Quote Originally Posted by erik
The #makelaar ul is hiding the last item behind the navigation. Maybe needs a bottom padding?
Thx for catching that, erik-- usually there's another wrapping element who has the bottom padding, but when I removed that from this page (and a few others) I forgot to check again in IE7 (who showed it worse, followed by Opera on XP... FF and SaffyChrome were ok, which was dumb of me to not continually check in all browsers after such a change).

Quote Originally Posted by Ed
A list of addresses would be best displayed as a table, in my opinion, but a single address should be a list.
I had considered an HTML table briefly, but didn't see enough "headers" to justify it. The page I was copying the design from had them in a long column like they are now, and I wasn't allowed to change it. Making a table look like a list was too much work, and I needed the skiplinks to work perfectly as well.

Quote Originally Posted by Ed
"Canada, Victoria B.C., Glentana Road" is wrong. "Glentana Rd., Victoria, B.C. Canada" is right. They teach you how to do it the right way in school, or they did when I went to school in the middle ages. Heaven knows what they teach these days.
We actually had a problem with that-- each country does it a little different and trying to auto-generate from the database had a few problems-- in my makelaar page above I actually corrected the single US address, as it had been done in European order and I worried anyone sending mail to the Florida address might give the posties there an excuse to lose the mail : )

Quote Originally Posted by Ed
It would be better still, in my opinion, if a proper html element existed for it, but you have to draw the line somewhere and you can't provide a semantic element for everything.
Amen. I've been abusing the <address> tag for postal addresses for some time now. Since <address> means "Author" I believe it should be changed to <author> and let us have <address> for, surprise, addresses. I also want a <smallprint> for Christmas, but for now I'm just using <small> when it makes sense.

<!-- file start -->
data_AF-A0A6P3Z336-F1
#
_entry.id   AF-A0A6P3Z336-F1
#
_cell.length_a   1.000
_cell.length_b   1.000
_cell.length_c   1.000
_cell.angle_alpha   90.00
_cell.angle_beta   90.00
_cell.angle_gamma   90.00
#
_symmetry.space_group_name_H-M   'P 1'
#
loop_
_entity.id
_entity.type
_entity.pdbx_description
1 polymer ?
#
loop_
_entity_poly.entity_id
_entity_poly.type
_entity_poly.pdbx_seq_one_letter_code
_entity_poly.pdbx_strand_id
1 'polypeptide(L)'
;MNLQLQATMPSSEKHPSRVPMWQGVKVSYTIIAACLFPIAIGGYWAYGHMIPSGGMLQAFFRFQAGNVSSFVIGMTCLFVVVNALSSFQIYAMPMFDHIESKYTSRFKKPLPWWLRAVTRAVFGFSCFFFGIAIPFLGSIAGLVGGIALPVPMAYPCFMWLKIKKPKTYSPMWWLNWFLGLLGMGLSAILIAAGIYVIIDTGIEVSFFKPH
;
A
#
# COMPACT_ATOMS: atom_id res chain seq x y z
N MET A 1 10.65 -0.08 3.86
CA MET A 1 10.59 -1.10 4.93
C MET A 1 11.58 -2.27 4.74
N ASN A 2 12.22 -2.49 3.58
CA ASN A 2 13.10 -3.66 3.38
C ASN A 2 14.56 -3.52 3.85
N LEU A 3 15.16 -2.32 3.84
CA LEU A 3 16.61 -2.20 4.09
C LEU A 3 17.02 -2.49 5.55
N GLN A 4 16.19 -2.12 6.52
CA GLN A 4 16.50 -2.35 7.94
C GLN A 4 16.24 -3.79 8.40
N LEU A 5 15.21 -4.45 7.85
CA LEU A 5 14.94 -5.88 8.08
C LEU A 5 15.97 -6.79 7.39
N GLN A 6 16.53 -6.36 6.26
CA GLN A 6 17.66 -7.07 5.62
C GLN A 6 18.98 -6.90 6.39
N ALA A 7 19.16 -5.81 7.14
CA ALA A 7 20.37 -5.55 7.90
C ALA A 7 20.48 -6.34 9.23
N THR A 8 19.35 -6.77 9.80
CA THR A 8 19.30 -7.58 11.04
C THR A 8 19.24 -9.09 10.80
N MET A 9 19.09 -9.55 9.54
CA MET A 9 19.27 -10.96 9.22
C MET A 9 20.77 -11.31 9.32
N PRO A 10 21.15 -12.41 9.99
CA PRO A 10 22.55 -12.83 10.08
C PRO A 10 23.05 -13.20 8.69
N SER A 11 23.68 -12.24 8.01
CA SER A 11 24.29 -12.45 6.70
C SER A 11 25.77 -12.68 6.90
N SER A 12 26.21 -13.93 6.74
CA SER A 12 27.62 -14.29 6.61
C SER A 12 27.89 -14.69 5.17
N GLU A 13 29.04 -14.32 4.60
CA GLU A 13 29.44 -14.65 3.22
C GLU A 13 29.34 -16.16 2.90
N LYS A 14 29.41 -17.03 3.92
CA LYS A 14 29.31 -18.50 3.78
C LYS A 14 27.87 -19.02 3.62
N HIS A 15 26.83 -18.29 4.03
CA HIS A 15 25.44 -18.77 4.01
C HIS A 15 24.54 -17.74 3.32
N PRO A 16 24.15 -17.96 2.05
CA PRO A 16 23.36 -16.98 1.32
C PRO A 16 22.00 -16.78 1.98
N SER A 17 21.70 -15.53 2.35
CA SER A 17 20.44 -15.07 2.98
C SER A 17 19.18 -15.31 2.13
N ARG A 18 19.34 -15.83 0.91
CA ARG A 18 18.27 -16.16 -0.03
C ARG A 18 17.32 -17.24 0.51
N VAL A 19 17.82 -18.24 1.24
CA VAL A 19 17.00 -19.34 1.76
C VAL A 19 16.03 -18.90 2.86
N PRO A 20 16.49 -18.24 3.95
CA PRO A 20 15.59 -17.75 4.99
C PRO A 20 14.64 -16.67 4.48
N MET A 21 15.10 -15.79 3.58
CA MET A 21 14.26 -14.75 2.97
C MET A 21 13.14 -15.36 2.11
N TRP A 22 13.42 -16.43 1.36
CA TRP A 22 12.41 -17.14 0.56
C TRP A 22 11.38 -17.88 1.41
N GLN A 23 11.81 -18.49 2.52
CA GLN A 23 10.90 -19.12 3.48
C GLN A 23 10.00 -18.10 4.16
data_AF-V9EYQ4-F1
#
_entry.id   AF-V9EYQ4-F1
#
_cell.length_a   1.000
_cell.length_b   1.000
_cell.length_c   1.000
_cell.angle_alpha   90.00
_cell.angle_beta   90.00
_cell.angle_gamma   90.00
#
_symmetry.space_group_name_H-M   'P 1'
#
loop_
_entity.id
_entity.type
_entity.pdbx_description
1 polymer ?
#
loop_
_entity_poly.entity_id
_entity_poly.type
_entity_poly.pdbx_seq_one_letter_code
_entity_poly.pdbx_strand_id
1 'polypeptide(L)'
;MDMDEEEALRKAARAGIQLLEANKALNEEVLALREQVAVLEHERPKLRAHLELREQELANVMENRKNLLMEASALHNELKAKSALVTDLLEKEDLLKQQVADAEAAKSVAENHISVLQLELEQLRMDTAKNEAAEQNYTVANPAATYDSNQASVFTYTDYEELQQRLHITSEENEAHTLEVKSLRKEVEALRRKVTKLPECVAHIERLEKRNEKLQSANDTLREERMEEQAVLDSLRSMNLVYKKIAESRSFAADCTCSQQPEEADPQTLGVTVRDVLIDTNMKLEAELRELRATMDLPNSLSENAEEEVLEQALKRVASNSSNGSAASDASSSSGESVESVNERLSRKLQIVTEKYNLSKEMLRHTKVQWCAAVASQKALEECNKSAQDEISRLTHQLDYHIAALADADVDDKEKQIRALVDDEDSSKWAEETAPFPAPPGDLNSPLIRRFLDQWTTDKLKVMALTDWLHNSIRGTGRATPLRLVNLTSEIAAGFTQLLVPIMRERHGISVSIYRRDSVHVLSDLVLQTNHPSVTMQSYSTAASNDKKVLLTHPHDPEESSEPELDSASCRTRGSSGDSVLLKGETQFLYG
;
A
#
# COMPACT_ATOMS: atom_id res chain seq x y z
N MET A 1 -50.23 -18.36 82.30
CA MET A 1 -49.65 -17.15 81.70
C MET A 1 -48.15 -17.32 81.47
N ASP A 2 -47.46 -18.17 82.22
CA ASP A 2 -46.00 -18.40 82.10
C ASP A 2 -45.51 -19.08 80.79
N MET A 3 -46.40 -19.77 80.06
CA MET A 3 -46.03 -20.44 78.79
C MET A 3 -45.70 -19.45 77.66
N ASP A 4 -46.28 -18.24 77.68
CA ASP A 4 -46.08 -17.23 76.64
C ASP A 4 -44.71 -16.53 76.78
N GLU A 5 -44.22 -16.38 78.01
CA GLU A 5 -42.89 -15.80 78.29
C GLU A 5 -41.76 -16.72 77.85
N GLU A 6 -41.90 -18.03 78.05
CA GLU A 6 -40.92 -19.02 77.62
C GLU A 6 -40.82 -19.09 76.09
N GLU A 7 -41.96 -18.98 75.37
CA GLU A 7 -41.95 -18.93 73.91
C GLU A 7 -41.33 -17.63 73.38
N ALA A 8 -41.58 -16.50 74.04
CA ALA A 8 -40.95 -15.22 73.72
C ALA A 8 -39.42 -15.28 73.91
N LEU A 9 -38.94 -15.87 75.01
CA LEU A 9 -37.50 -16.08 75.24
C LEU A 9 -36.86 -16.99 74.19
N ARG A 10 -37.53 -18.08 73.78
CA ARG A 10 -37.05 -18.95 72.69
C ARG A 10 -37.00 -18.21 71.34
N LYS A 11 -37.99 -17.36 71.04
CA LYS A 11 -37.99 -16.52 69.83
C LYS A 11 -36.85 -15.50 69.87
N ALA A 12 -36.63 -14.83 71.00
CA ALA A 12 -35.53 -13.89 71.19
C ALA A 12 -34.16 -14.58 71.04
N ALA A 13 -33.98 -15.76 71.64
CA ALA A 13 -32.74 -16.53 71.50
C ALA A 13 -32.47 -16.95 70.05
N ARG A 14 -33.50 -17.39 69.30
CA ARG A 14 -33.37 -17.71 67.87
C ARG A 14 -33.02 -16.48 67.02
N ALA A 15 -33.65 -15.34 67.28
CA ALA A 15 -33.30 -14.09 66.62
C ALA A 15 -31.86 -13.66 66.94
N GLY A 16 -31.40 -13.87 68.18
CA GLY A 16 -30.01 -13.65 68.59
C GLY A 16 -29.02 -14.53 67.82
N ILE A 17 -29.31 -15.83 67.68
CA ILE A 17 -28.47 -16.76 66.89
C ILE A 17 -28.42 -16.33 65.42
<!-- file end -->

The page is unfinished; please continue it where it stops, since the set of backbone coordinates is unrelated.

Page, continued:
Quote Originally Posted by Ed
As addresses may also be displayed on a singal line it is obvious, or so is seems to me, that a BR is in no way implied in the structure, and so should not be used.
While sometimes businesses will do this, it would be pretty hard to read my page of addresses if they were all one line. In the Netherlands it's pretty much only seen as a single line when it omits about half of it-- it will only consist of the street or PO box, then postcode and city, separated by a comma (which is not part of the address, but just a typography thing). The comma represents the line break that people understand to be normally used, but doesn't fit so well at the top of the back of an envelope or the footer of a web page.

Quote Originally Posted by Ed
It also seems to me that it is actually a list of elements with an implied order.
I think it has an implied order, but while a list of things can stand alone, I can't have just someone's postcode/city line floating around on its own. I can have a single menu item on its own as a standalone link, and I can have a recipe ingredient alone as well (Apple Pie is made of Apples) but I wouldn't know how to do that with Sumatraplein 8 (though you could convince me for the tel and fax numbers).

I do still want an HTML element for postal addresses. And a parent selector in CSS. And a pony.